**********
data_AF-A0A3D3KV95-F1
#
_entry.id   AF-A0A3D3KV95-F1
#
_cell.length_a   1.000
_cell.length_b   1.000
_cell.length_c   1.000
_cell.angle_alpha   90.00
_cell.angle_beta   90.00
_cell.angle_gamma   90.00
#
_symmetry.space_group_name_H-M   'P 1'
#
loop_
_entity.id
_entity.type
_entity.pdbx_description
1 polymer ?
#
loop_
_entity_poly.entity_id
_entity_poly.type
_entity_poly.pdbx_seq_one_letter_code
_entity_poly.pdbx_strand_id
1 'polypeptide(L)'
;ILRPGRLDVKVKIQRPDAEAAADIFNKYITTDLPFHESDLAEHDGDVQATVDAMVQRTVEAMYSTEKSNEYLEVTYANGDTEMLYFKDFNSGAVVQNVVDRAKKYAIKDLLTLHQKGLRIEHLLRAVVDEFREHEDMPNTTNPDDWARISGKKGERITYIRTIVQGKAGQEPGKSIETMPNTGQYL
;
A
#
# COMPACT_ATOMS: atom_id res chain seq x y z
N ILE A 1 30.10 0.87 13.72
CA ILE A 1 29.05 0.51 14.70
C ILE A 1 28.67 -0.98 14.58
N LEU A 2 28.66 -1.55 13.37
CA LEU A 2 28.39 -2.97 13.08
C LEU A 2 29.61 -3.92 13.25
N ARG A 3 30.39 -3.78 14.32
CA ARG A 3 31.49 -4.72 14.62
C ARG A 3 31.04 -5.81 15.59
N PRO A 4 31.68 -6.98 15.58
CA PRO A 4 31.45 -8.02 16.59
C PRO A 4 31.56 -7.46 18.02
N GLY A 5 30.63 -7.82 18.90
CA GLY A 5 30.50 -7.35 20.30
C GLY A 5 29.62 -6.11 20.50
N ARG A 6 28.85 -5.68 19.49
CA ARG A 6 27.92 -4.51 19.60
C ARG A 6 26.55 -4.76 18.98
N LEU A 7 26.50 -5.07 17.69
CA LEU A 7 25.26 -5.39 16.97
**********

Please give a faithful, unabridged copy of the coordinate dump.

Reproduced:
data_AF-A0A3D3KV95-F1
#
_entry.id   AF-A0A3D3KV95-F1
#
_cell.length_a   1.000
_cell.length_b   1.000
_cell.length_c   1.000
_cell.angle_alpha   90.00
_cell.angle_beta   90.00
_cell.angle_gamma   90.00
#
_symmetry.space_group_name_H-M   'P 1'
#
loop_
_entity.id
_entity.type
_entity.pdbx_description
1 polymer ?
#
loop_
_entity_poly.entity_id
_entity_poly.type
_entity_poly.pdbx_seq_one_letter_code
_entity_poly.pdbx_strand_id
1 'polypeptide(L)'
;ILRPGRLDVKVKIQRPDAEAAADIFNKYITTDLPFHESDLAEHDGDVQATVDAMVQRTVEAMYSTEKSNEYLEVTYANGDTEMLYFKDFNSGAVVQNVVDRAKKYAIKDLLTLHQKGLRIEHLLRAVVDEFREHEDMPNTTNPDDWARISGKKGERITYIRTIVQGKAGQEPGKSIETMPNTGQYL
;
A
#
# COMPACT_ATOMS: atom_id res chain seq x y z
N ILE A 1 30.10 0.87 13.72
CA ILE A 1 29.05 0.51 14.70
C ILE A 1 28.67 -0.98 14.58
N LEU A 2 28.66 -1.55 13.37
CA LEU A 2 28.39 -2.97 13.08
C LEU A 2 29.61 -3.92 13.25
N ARG A 3 30.39 -3.78 14.32
CA ARG A 3 31.49 -4.72 14.62
C ARG A 3 31.04 -5.81 15.59
N PRO A 4 31.68 -6.98 15.58
CA PRO A 4 31.45 -8.02 16.59
C PRO A 4 31.56 -7.46 18.02
N GLY A 5 30.63 -7.82 18.90
CA GLY A 5 30.50 -7.35 20.30
C GLY A 5 29.62 -6.11 20.50
N ARG A 6 28.85 -5.68 19.49
CA ARG A 6 27.92 -4.51 19.60
C ARG A 6 26.55 -4.76 18.98
N LEU A 7 26.50 -5.07 17.69
CA LEU A 7 25.26 -5.39 16.97